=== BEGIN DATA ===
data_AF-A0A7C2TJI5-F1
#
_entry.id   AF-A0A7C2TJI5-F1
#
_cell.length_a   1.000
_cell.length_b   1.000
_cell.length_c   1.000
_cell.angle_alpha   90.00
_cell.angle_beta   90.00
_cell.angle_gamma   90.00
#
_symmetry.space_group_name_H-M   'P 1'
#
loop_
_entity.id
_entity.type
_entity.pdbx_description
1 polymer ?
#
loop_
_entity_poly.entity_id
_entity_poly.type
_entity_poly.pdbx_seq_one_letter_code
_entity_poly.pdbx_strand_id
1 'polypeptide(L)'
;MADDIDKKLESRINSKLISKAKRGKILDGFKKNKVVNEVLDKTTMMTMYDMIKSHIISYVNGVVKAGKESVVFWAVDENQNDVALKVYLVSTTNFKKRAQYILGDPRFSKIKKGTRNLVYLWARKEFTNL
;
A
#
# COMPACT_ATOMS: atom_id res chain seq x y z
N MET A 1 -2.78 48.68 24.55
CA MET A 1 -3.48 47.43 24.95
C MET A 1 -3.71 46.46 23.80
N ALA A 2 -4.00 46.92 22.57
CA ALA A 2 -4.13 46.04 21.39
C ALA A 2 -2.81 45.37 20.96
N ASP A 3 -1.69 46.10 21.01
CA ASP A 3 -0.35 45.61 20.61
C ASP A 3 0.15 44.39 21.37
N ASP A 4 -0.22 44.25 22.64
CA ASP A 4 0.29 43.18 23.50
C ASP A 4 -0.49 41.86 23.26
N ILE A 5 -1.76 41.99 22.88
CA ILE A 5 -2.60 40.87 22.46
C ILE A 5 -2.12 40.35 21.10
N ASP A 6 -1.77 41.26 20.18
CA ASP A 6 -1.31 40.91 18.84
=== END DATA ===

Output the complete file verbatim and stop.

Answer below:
data_AF-A0A7C2TJI5-F1
#
_entry.id   AF-A0A7C2TJI5-F1
#
_cell.length_a   1.000
_cell.length_b   1.000
_cell.length_c   1.000
_cell.angle_alpha   90.00
_cell.angle_beta   90.00
_cell.angle_gamma   90.00
#
_symmetry.space_group_name_H-M   'P 1'
#
loop_
_entity.id
_entity.type
_entity.pdbx_description
1 polymer ?
#
loop_
_entity_poly.entity_id
_entity_poly.type
_entity_poly.pdbx_seq_one_letter_code
_entity_poly.pdbx_strand_id
1 'polypeptide(L)'
;MADDIDKKLESRINSKLISKAKRGKILDGFKKNKVVNEVLDKTTMMTMYDMIKSHIISYVNGVVKAGKESVVFWAVDENQNDVALKVYLVSTTNFKKRAQYILGDPRFSKIKKGTRNLVYLWARKEFTNL
;
A
#
# COMPACT_ATOMS: atom_id res chain seq x y z
N MET A 1 -2.78 48.68 24.55
CA MET A 1 -3.48 47.43 24.95
C MET A 1 -3.71 46.46 23.80
N ALA A 2 -4.00 46.92 22.57
CA ALA A 2 -4.13 46.04 21.39
C ALA A 2 -2.81 45.37 20.96
N ASP A 3 -1.69 46.10 21.01
CA ASP A 3 -0.35 45.61 20.61
C ASP A 3 0.15 44.39 21.37
N ASP A 4 -0.22 44.25 22.64
CA ASP A 4 0.29 43.18 23.50
C ASP A 4 -0.49 41.86 23.26
N ILE A 5 -1.76 41.99 22.88
CA ILE A 5 -2.60 40.87 22.46
C ILE A 5 -2.12 40.35 21.10
N ASP A 6 -1.77 41.26 20.18
CA ASP A 6 -1.31 40.91 18.84